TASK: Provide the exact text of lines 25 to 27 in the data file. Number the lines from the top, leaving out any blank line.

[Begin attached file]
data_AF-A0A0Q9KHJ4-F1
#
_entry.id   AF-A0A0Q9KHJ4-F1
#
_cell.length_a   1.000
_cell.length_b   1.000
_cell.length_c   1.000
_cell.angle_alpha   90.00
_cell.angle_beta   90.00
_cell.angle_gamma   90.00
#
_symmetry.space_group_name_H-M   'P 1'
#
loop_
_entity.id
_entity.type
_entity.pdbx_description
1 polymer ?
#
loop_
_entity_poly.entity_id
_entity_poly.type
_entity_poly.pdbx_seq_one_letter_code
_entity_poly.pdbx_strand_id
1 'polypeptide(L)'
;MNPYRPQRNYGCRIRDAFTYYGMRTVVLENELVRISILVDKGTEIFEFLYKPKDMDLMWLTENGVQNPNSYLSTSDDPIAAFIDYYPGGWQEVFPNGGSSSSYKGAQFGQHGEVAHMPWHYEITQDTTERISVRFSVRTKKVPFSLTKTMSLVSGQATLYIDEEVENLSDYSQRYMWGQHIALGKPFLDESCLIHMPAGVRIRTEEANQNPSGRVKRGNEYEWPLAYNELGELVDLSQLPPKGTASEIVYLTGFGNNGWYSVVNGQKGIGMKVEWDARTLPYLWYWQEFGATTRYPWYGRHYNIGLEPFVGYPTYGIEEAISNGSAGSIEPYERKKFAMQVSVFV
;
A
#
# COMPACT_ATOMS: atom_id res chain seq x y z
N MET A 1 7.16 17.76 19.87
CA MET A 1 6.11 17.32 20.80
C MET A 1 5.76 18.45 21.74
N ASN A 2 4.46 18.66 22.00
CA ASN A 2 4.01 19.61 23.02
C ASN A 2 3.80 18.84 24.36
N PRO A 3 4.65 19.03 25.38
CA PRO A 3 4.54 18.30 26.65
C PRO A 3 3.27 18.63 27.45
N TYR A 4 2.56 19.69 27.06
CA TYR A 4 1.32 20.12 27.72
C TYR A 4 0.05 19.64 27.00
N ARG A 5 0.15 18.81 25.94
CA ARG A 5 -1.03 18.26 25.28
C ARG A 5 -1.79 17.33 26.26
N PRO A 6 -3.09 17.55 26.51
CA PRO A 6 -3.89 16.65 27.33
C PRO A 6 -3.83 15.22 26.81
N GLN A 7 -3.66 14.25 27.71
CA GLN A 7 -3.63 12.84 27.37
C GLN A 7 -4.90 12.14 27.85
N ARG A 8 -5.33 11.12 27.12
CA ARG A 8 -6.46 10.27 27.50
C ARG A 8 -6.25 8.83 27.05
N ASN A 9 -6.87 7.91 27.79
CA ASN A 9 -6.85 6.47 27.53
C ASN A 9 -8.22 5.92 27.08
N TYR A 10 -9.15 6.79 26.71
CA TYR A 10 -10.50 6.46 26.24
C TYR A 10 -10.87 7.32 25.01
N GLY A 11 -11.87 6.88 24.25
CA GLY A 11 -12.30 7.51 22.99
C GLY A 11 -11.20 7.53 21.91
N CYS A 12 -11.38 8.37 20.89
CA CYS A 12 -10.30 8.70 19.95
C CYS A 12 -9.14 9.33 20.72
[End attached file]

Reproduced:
1 'polypeptide(L)'
;MNPYRPQRNYGCRIRDAFTYYGMRTVVLENELVRISILVDKGTEIFEFLYKPKDMDLMWLTENGVQNPNSYLSTSDDPIAAFIDYYPGGWQEVFPNGGSSSSYKGAQFGQHGEVAHMPWHYEITQDTTERISVRFSVRTKKVPFSLTKTMSLVSGQATLYIDEEVENLSDYSQRYMWGQHIALGKPFLDESCLIHMPAGVRIRTEEANQNPSGRVKRGNEYEWPLAYNELGELVDLSQLPPKGTASEIVYLTGFGNNGWYSVVNGQKGIGMKVEWDARTLPYLWYWQEFGATTRYPWYGRHYNIGLEPFVGYPTYGIEEAISNGSAGSIEPYERKKFAMQVSVFV
;